There's a new lady in town at Hughes.
A bronze female figure, cradling a large bird in a touching, whimsical pose has been chosen as the new artwork for the Hughes shops.
It will replace the much-loved artwork Stepping Out (The Lady in Pearls) which was stolen in 2016 and never recovered.
Former Braidwood, now South Coast artists Suzie Bleach and Andy Townsend have been chosen to create the new sculpture for the Hughes community.
"We consider it a total privilege and honour to do this work for the Hughes community,'' Mr Townsend said.
The couple's work can be seen around Canberra, from a sculpture in the grounds of the Canberra Grammar School to a mosaic floor at the QEII Family Centre and even the adorned toilet doors at the Canberra Museum and Gallery.
The Hawker and Narrabundah shops and the Canberra Hospital also feature their sculptures and mosaic. The sculpture of the explorer La Perouse at the Red Hill shops is also theirs.
Ms Bleach said the Hughes work was about tenderness, trust, delicacy, with a dash of surrealism and surprise, to make it a talking point.
The couple always wanted to have a woman in the sculpture, as much as a nod to the previous work and its creator, as to the #MeToo movement and a general desire to see more women front and centre.
"Hughes is named after a male prime minister and all the streets are named after servicemen, and we just thought, 'Where are the women in all this?' We need a presence," Ms Bleach said.
The work was also something that reflected the "harmony between nature and humans".
"We both feel very strongly that if humans had a more tender approach to nature, then things would be better for both nature and us," Mr Townsend said.
Yet the new work also had an element of danger.
"If you think about all those swans on the lake, I'm not sure you could embrace any of those without them pecking your eyes out," Ms Bleach said.
Arts Minister Gordon Ramsay said the Hughes sculpture was created in response to community feedback.
“The design by Bleach and Townsend meets the Hughes community’s wish for an artwork that is
nostalgic, imaginative and playful. Hughes residents also have a strong sense of connection to their natural surroundings which is also represented in the artwork,'' he said.
The ACT Government has budgeted $100,000 for the new artwork.
The previous sculpture, Stepping Out (The Lady in Pearls) by Giovanna Ianniello and Gerard Murphy, was installed at Hughes shops in 1997. It was stolen in 2016, most likely for the metal, unceremoniously cut off at the knees.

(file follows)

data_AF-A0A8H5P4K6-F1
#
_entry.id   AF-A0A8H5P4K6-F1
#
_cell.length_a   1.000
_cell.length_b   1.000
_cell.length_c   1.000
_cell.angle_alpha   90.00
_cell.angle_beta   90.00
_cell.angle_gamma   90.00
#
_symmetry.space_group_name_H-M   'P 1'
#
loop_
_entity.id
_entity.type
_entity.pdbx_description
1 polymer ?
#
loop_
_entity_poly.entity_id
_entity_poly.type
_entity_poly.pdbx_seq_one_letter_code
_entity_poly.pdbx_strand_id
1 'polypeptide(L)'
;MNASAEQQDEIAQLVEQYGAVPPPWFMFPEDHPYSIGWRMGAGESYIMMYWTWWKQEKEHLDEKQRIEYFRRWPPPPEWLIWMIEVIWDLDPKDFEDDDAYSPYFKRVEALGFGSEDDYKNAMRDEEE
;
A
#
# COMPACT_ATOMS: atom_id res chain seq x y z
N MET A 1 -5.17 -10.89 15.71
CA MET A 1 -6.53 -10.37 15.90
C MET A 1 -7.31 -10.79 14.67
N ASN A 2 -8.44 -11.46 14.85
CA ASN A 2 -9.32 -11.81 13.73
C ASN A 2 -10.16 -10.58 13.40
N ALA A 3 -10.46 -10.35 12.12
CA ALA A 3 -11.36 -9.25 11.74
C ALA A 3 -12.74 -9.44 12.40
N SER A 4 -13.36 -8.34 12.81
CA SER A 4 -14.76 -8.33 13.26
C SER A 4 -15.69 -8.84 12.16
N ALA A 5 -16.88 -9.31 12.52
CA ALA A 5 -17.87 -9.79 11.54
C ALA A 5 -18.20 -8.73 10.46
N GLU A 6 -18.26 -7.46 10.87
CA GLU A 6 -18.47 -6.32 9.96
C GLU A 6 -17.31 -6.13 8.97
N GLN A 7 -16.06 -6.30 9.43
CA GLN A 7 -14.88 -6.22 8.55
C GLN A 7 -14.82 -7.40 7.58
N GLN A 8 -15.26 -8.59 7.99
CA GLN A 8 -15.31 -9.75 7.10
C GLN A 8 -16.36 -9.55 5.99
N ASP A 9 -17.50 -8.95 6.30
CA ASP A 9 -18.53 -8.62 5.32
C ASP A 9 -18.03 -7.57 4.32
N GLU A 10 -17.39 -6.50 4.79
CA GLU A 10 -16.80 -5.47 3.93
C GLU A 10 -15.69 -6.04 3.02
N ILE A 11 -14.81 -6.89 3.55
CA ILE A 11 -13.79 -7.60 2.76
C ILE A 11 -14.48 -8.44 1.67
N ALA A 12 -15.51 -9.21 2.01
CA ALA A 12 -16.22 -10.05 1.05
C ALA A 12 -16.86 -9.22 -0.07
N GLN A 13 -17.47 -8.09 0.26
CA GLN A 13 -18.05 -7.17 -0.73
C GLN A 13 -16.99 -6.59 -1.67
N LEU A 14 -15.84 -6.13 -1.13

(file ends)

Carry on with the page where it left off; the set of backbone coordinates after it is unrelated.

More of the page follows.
Mr Ramsay said residents were left devastated by the theft.
"Many people said it was like losing a loved one, she was such a part of the community,” he said.
Stepping Out was unable to be recast as the moulds no longer exist, so Hughes residents were consulted last year for their thoughts on a suitable replacement.
ACT Policing called for community assistance to help locate the stolen sculpture but, to date, it still remains missing.
The new artwork will be developed over the coming months and is expected to be installed in early 2019. It will feature reinforced footings and fixings to mitigate against theft.
Mr Townsend said he and Ms Bleach had considered the woman holding a small bird, but that was too pedestrian an approach.
"We wanted it to be rather extraordinary and spoken about, an object of surprise, of mystery,''he said.
"The larger the bird, the more bizarre, the more unexpected and extraordinary the idea was - 'Who is that woman? And what's she doing with that rather large bird?'."
Mr Ramsay said public artwork was a fundamental part of cultural life in Canberra, and each piece became part of our community.
“The government has been working hard to ensure that any new artwork reflects the values of Hughes residents and can not only fill the gap left by Stepping Out, but can create its own place in our shared history.”
Mr Ramsay said Ms Bleach and Mr Townsend were well-regarded artists who had strong links to Canberra. They had a number of works in the government's public art portfolio, exhibited at Floriade last year and will have a work outside the National Library as part of Contour 556 in October.
The couple are well known for their connections to the Australian National University School of Art: Mr Townsend studied there, as did their children, Harry and Rose.
The couple has recently moved from Braidwood to Wapengo, between Bermagui and Tathra, still working on private commissions but revelling in also creating public art that everyone can see.
"We've got room,'' Ms Bleach said, with a laugh, of their new home. "After 30 years of working from our back garden, we know have five acres to play with."